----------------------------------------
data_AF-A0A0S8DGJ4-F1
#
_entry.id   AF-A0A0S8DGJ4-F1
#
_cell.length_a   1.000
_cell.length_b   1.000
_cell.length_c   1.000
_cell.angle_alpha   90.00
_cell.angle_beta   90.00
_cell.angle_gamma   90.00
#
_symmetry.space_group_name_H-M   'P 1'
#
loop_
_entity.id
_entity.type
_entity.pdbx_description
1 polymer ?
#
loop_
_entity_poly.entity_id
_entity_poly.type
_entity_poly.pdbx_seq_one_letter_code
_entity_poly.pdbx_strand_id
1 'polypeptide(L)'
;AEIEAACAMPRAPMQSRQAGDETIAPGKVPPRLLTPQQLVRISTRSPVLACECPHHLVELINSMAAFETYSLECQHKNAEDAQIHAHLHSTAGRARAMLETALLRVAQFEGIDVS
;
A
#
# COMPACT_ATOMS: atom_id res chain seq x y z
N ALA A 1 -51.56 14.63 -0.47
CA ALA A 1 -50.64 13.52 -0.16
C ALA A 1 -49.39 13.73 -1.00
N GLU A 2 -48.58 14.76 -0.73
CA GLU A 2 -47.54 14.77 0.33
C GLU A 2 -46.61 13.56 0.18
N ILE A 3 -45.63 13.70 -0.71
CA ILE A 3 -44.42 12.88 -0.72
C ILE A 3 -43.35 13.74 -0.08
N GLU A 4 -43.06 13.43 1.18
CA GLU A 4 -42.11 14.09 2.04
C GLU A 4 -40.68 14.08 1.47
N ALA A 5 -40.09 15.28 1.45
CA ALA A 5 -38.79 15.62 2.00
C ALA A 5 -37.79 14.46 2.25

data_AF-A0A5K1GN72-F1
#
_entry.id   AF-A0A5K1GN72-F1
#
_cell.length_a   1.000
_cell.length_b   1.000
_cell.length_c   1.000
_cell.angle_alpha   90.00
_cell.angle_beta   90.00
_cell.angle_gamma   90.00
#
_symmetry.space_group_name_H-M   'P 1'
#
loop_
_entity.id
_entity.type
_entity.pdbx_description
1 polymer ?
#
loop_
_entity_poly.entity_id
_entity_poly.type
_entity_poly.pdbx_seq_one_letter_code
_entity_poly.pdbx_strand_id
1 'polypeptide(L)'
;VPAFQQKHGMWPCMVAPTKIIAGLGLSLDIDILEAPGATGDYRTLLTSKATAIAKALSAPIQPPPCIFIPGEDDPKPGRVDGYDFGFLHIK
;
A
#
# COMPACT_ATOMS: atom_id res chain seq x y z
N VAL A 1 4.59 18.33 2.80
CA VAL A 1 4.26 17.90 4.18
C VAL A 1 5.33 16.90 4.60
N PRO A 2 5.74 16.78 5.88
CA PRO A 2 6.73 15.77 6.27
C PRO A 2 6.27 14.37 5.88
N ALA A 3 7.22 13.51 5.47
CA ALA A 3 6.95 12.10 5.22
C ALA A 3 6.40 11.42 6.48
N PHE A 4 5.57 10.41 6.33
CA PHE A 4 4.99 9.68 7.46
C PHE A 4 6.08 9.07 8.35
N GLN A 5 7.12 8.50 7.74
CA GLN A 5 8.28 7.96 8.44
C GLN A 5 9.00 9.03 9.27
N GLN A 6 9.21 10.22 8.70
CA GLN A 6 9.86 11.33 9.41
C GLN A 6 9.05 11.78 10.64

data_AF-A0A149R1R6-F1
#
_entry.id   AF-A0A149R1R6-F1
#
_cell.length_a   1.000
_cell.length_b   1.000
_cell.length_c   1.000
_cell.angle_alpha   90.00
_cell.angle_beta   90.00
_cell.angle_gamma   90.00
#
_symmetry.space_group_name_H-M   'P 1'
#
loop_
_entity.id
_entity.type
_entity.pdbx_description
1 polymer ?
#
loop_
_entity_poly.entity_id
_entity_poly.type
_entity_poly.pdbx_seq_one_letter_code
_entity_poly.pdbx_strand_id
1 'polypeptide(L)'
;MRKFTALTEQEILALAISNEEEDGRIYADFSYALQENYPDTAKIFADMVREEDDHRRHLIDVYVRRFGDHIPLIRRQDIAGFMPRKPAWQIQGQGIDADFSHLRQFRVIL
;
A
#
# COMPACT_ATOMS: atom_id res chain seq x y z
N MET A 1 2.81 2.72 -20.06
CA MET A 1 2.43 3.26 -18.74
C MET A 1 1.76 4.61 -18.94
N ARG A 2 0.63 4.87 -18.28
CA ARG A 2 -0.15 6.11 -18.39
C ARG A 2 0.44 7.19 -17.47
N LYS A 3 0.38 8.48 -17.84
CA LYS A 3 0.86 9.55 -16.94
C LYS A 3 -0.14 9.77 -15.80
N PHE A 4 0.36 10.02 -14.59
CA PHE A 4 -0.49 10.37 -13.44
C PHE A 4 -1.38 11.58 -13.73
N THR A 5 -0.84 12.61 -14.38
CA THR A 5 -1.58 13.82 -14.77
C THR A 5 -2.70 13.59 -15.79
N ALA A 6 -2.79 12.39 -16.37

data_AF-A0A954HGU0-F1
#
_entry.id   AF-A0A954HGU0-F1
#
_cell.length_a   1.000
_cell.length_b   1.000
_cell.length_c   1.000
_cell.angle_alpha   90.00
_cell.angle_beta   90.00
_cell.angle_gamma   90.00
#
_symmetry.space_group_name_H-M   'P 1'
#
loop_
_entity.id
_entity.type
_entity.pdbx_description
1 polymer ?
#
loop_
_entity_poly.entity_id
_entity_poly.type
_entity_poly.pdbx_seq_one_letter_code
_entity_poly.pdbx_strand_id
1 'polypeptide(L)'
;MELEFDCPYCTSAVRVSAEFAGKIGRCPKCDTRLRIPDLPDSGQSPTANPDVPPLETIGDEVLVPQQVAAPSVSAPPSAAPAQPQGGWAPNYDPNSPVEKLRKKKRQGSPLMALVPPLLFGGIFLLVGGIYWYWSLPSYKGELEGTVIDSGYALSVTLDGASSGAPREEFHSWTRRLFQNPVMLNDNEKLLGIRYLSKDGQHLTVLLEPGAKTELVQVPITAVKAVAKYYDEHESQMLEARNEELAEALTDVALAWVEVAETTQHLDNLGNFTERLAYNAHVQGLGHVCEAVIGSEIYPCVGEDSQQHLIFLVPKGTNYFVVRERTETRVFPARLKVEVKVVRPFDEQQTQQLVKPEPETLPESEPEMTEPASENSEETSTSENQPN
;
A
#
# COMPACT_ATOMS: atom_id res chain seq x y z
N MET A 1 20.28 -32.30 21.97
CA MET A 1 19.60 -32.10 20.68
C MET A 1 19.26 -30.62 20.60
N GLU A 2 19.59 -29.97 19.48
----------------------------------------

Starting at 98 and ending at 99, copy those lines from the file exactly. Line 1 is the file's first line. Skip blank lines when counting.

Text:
_cell.length_a   1.000
_cell.length_b   1.000